Everywhere you look, the science of reading is the toast of the town. Yes, the “reading wars” have a long and tortured history, but the publication of Emily Hanford’s groundbreaking 2018 radio documentary helped set in motion a sort of reading renaissance, the likes of which haven’t been seen since Reading First twenty years ago and Jeanne Chall’s work thirty years before that. Now a critical mass of policymakers and other stakeholders have thrown in their lot with evidence-based reading instruction. I’ve done my fair share of glass-raising too: A piece I wrote last fall in these pages was Fordham’s top read blog post for 2019.
So with the iron this hot, where do we go from here? Barring a drastic change, this newfound interest in reading science has all the makings for a slow and steady fade out twenty months from now if not sooner.
Twenty months. Less than two years.
When I explain this to people I feel like Bill Paxton in Aliens raining on the parade by telling everyone how the heightened interest in reading instruction will be stopped by the education establishment. I mean the aliens. The problem is that if I’m the Bill Paxton character, I don’t know who out there is playing Ripley, the chief protagonist who knows how to survive to help take down the guardians of balanced literacy. I mean the aliens. Sorry. It happened again.
All of which is to say that, while the science of reading has caught a sizable wave in American K–12 education, I lived through similarly killer surfing ten years ago when the edu-verse coalesced around teacher evaluation. Granted, reading instruction shouldn’t be as politically complicated as evaluating teachers. After all, the AFT is on the right side of the reading science (though it’s easy to forget they were initially supportive of overhauling teacher evaluation too), and embracing the research wouldn’t require a significant financial outlay. Still, there are enough parallels with today’s fuss over early literacy that I want to share what I learned from riding the craze for better teacher evaluation once upon a time.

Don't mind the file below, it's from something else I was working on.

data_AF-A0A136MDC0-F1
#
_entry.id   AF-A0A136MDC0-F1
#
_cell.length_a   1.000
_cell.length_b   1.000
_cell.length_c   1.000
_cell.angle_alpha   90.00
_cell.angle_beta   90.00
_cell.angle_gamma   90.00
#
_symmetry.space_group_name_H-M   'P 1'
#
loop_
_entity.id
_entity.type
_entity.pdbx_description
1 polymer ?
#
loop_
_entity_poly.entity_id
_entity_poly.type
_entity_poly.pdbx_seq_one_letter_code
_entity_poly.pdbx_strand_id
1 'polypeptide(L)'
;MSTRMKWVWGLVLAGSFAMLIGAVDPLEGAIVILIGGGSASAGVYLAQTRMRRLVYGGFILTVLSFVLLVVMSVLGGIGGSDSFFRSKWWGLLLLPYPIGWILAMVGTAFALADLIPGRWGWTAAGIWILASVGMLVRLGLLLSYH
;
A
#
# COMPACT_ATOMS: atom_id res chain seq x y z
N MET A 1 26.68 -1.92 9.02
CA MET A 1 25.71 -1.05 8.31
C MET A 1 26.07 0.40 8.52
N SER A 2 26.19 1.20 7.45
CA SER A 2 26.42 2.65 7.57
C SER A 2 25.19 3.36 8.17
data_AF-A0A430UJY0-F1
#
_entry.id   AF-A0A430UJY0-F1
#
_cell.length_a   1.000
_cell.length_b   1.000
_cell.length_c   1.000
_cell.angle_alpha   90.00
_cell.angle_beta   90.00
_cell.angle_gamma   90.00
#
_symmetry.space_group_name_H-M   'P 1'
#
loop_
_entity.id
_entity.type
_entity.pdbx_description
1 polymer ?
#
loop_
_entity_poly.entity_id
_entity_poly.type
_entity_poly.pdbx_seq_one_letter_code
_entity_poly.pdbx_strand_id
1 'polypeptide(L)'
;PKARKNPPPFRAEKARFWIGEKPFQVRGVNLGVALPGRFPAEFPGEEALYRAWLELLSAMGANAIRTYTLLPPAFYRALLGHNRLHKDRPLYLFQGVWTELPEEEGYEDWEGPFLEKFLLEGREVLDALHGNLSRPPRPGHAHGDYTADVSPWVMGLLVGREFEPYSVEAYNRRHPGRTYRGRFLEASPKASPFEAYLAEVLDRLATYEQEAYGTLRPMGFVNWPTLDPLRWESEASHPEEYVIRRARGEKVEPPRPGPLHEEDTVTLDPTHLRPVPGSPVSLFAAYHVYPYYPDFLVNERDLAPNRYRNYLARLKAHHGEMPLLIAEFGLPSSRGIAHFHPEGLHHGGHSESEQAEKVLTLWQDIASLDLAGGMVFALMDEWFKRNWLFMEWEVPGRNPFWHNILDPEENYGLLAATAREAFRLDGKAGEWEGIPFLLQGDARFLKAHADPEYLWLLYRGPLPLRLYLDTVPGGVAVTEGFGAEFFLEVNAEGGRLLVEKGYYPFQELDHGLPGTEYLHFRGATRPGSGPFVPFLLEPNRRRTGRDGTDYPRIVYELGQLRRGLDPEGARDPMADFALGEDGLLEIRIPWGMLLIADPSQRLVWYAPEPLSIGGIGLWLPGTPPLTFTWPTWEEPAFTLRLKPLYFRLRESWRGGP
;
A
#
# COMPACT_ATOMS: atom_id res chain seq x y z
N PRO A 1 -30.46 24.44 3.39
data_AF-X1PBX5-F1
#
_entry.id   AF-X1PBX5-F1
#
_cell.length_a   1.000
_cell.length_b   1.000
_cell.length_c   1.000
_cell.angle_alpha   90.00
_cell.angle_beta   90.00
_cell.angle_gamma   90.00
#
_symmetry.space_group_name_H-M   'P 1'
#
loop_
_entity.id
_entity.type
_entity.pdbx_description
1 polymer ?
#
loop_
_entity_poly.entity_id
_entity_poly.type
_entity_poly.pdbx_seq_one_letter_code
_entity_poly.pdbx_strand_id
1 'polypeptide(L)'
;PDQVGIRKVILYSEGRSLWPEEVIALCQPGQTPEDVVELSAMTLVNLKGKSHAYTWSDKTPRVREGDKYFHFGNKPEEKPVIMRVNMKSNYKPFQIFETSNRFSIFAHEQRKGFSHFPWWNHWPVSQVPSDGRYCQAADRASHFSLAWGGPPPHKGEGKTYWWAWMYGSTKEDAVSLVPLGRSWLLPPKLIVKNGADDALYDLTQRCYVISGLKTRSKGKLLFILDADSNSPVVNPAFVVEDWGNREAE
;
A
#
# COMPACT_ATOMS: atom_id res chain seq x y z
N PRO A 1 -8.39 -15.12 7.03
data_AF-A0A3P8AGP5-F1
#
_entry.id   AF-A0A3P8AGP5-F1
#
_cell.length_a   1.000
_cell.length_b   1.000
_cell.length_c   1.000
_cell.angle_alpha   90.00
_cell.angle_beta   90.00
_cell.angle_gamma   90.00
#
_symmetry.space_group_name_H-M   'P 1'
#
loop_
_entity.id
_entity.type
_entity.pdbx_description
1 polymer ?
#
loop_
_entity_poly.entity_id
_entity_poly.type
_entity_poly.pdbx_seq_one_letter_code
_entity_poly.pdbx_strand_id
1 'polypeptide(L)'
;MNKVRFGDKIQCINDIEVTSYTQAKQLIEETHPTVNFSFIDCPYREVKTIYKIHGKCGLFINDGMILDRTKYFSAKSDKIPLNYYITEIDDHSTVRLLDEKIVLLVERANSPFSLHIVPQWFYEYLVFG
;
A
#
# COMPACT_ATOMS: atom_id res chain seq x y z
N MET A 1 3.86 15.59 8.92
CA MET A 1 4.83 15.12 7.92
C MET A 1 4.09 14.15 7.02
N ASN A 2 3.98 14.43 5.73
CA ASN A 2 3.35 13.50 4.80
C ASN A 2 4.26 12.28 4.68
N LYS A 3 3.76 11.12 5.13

Lesson one: It starts with a seminal article or report
In the summer of 2009, TNTP released a report titled The Widget Effect, which rocked the education reform world. I was working for then Indiana State Superintendent Tony Bennett who, along with then-Governor Mitch Daniels, seized upon the findings (that teachers were treated as interchangeable parts as evidenced by nearly all teachers being rated good or great) to join over thirty other states to require more stringent reviews of teacher performance. This was 2011, almost two years after the release of TNTP’s report. The day I watched Governor Daniels sign our teacher bill into law was the equivalent of this month in 2020 time.